Filmmaking is not only about telling stories but also deeply listening to the stories happening around you, said Ben Rekhi, Director of ‘Watch List’. He was participating in a press conference along with Director of ‘Curiosa’ Lou Jeunet, Director of ‘Captives’ Kristóf Deák, Producer of ‘Antigone’ Isabelle Couture, and actress Nahema Ricci at the 50th International Film Festival of India in Panaji today.
On his film ‘Watch List’, Ben Rekhi said that the film is set in the Philippines against the background of drug wars. “ It is based on a true story in which a woman is forced to protect her children by all means necessary when her husband got killed by police under mysterious circumstances”, he said.
Replying to questions Ben Rekhi said that it is the film festivals that keep the independent films alive especially in the time of YouTube and streaming platforms. “ Film festivals may have this bad reputation of turning into the showcasing point of art films. But it is a stereotypic view. Film festivals are fantastic and have room for all kinds of films like socially relevant cinema, comedies and art cinemas”, he added.
Describing his period drama set in Budapest of 1950s, Director of ‘Captives’ Kristóf Deák said that the film is a real life story about an unexpected and unusual visit paid by state secret police to a family. “ Instead of arresting the family the police held the family captives in their own home. As the police start to capture every other one who paid a visit to the family, people keep accumulating in the house. Some of the scenes had 16 actors in the frame at a time and it was the biggest challenge for me,” he said.
Producer of ‘Antigone’, Isabelle Couture said that her film speaks about immigration, police brutality, collective movement and solidarity. “ Immigration is one of the big themes of our era. But each country will be experiencing it differently. We were looking for authenticity hence didn’t cast any star or known face”, she explained.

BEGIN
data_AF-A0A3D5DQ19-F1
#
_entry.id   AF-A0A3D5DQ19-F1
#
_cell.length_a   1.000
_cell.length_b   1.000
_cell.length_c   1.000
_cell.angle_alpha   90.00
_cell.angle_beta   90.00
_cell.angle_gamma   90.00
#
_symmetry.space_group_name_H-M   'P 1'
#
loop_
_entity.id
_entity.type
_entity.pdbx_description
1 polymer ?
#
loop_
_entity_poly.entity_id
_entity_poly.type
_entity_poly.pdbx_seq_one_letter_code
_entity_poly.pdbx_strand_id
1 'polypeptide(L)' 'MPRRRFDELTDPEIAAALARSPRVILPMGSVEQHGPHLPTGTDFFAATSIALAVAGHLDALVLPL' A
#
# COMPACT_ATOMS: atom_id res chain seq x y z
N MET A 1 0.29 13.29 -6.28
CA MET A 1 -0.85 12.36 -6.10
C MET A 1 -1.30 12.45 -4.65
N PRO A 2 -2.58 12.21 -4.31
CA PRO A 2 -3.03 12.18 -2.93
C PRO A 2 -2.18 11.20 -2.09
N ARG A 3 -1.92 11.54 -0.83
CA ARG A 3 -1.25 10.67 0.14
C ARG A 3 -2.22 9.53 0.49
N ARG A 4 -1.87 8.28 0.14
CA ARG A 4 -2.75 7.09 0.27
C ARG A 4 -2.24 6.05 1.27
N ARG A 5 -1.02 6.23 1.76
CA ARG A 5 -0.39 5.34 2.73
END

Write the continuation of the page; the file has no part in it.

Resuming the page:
Talking about the preparations for her character in Antigone, actress Nahema Ricci said, “The biggest challenge was to create something realistic when I had to portray a character that is mythological. It is Important to create a space of trust. It was a lot of pressure to do justice to the character but the love from the audience made it all worth.”
Attending the press conference, Director of Curiosa Lou Jeunet said, “ “It is my first feature film. I fell in love with a photograph of a woman and it made me curious to investigate about it leading to the making of Curiosa.”
Pierre Louys is a Parisian dandy and poet on the verge of fame. Pierre and his friend Henri De Régnier are both madly in love with Marie de Heredia, the cheeky daughter of their mentor. Despite her feelings for Pierre, Marie eventually marries Henri who is in a better situation. Badly hurt, Pierre leaves for Algeria where he meets Zohra, a bewitching local girl with whom he shares a tumultuous relationship and a passion for erotic photography. Directed by Lou Jeunet, Curiosa is a passionate love story set against a backdrop of sexual freedom, loosely based on the relationship between 19th century authors Pierre Louÿs and Marie de Régnier.
In 1951 Budapest, the communist secret police shows up at the door of an ordinary family – but instead of deporting them, the officers move in and lock them up in their own home. Days go by without any explanation as secrets, lies and paranoia soon begin to unravel the growing number of captives in the apartment. An incredible but true story from Academy Award winning director Kristóf Deák.
Sophie Deraspe’s provocative and timely adaptation of the classic Greek tragedy of the same name reimagines the story of a woman’s quest for justice as a commentary on the immigrant experience in contemporary Montreal. Film is being screened in IFFI’s International Competition section.
In this crime thriller happening in the Philippines, a widowed mother is forced to enter Manila’s dark underworld of cops, criminals, and drugs after her husband was murdered in an extrajudicial killing. The movie directed by Ben Rekhi is competing for the coveted golden peacock Prize at IFFI.